Following Warnock and Ossoff's victories in Georgia, Wyden told reporters that those who received tax-related "sweetheart deals over the last four years should understand there's a new sheriff in town."
Democrats will offer taxpayers a very different set of choices than those favored by Republicans who support a tax system that gives handouts to multinational corporations and the powerful, Wyden said.
Despite the change in Senate leadership, Minkovich said she expected more action at the Treasury Department than on Capitol Hill while lawmakers work to reach consensus on what legislation to pass.
"In the near term, it is likely that the Biden administration will focus on what it can achieve through the regulatory process" by reviewing, withdrawing or modifying Trump administration regulations viewed as giveaways to "high-net-worth individuals and businesses," Minkovich said.
Steven Giacona, managing partner of Round Table Wealth Management, said Democrats' control of the White House and Congress will lead to greater stimulus for the country and that possibility is already reflected on Wall Street.
"Unfortunately, the sweep will generate a higher tax bill for people making over $400,000 a year," he said. "The elephant in the room is how deep or how much those new tax policies will be. Given moderate lawmakers like Joe Manchin of West Virginia, the full sweep of proposed tax increases may not be enacted."
Republican Sen. Mitt Romney of Utah, who along with Manchin and other moderate lawmakers authored the initial legislation that led to the most recent virus relief bill, said he wasn't sure how much sway they would have in Congress.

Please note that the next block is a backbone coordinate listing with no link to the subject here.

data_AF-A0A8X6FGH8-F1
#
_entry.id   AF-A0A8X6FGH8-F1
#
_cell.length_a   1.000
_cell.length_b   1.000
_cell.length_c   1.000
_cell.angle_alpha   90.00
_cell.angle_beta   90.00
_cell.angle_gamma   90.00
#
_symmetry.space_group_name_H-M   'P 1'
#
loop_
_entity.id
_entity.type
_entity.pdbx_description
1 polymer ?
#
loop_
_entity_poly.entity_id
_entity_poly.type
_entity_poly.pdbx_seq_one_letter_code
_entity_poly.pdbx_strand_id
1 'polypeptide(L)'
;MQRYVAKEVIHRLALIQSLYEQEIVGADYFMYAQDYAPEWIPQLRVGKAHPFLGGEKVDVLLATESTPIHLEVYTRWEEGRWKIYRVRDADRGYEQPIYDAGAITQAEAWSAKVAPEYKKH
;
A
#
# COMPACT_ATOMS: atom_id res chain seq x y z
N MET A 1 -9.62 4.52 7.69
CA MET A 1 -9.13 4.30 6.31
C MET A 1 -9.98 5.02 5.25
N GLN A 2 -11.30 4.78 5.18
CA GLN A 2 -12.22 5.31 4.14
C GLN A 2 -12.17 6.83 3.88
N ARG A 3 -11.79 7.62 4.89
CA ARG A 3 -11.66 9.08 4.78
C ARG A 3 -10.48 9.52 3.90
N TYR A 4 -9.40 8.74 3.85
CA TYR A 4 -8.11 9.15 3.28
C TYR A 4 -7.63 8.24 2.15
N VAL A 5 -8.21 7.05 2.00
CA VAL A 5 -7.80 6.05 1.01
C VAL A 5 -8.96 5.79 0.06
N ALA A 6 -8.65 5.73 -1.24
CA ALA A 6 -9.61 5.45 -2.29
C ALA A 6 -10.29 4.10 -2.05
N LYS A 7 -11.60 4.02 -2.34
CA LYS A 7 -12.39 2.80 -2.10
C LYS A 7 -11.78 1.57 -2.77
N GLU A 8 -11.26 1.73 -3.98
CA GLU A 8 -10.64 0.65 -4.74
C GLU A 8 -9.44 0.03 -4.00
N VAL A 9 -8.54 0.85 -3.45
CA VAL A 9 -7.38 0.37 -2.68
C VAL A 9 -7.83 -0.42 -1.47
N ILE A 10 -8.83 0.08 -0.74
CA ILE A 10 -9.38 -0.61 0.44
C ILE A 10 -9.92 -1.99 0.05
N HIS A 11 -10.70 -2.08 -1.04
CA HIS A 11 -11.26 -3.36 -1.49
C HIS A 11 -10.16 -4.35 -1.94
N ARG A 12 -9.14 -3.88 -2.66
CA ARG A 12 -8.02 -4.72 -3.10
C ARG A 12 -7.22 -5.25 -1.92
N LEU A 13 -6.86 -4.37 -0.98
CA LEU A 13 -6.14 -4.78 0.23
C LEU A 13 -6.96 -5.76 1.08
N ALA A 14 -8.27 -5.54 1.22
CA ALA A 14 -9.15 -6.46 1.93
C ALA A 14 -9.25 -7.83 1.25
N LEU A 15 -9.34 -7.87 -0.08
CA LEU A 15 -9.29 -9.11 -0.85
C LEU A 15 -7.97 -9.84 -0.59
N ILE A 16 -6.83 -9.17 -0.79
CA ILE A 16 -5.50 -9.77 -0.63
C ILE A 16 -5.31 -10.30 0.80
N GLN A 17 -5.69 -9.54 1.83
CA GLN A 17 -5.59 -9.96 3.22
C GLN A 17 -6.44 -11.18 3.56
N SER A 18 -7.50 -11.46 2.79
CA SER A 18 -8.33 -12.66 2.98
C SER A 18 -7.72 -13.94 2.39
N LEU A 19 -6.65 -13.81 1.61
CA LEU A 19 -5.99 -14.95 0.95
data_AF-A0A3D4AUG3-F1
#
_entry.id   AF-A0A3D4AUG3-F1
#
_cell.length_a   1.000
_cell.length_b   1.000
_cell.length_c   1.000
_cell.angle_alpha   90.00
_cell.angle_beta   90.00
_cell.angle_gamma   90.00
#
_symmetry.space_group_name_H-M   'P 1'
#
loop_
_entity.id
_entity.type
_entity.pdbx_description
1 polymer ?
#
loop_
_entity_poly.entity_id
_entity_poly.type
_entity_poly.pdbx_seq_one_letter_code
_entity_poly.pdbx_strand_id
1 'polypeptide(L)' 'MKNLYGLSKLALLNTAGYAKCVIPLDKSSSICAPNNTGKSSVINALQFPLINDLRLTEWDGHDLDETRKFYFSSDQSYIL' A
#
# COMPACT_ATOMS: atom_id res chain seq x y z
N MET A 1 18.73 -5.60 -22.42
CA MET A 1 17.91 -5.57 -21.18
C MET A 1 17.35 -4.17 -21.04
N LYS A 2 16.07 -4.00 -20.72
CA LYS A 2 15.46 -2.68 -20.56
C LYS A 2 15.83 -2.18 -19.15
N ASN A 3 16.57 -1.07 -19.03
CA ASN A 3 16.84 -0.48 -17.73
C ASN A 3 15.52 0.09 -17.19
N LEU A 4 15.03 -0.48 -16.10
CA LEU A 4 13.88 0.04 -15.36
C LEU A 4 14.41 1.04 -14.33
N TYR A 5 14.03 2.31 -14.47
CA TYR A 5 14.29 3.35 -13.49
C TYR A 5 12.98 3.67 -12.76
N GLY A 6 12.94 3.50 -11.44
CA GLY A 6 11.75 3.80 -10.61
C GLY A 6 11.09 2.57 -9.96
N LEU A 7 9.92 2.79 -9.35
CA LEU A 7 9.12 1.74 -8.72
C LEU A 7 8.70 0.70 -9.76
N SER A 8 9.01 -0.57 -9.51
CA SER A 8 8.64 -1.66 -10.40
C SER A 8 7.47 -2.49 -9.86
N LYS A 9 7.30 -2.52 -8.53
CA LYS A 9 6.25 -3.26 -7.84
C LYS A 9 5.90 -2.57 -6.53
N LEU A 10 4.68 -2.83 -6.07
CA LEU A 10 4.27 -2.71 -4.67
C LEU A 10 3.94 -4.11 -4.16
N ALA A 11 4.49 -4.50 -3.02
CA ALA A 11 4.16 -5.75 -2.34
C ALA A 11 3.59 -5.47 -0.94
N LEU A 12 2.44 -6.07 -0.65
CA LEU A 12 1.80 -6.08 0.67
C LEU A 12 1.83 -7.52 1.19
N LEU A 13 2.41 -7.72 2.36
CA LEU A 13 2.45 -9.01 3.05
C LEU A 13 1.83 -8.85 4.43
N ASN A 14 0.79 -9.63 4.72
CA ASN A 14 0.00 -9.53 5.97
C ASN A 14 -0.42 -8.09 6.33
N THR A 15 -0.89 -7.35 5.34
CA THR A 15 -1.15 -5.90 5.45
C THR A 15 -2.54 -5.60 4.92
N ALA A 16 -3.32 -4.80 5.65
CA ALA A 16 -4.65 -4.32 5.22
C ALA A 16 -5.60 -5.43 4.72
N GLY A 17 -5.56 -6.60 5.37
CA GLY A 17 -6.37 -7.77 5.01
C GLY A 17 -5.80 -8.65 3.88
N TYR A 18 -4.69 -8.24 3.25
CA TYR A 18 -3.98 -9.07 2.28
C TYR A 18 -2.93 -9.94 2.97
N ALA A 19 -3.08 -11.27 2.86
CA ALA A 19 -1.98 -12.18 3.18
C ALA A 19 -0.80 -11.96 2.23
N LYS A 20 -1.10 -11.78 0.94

"I hope that the president-elect and the Democrat leadership are willing to discuss legislative solutions to the challenges we have," he told reporters.
Some groups are already offering potential tax policy changes that they hope Democrats will include on their list of must-pass legislation this year.
For example, nonprofit groups want Congress to take bipartisan action to improve the above-the-line tax deduction for charitable donations, said David Thompson, vice president of public policy for the National Council of Nonprofits.
"Most of our issues are bipartisan. Our challenge normally isn't partisan control, but partisan bickering," he said. "If they would stop fighting for fighting sake and pass what they agree on, we'd be fine."
Frank Clemente, executive director of the Americans for Tax Fairness group, called on Biden to raise capital gains, estate and inheritance tax rates on wealthy Americans. He said Biden should deliver on his campaign promises of "making the rich and corporations begin to pay their fair share of taxes and using that revenue for health care, housing, education, infrastructure, a green-energy economy and more."
That message was echoed in a letter to Biden from a group of more than 100 progressive, advocacy and labor organizations. The groups called for expanded unemployment benefits, recurring direct stimulus payments, and other help for Americans facing housing and medical difficulties during the pandemic.
The letter was signed by groups including the American Federation of Teachers, Center for American Progress, Economic Security Project, Greenpeace, Service Employees International Union, Sunrise Movement, UltraViolet, Working Families Party and dozens of others.
"The need is urgent. The response must be bold," the letter to Biden reads.
--Additional reporting by Alan K. Ota, David van den Berg and Dylan Moroses. Editing by Tim Ruel and Robert Rudinger.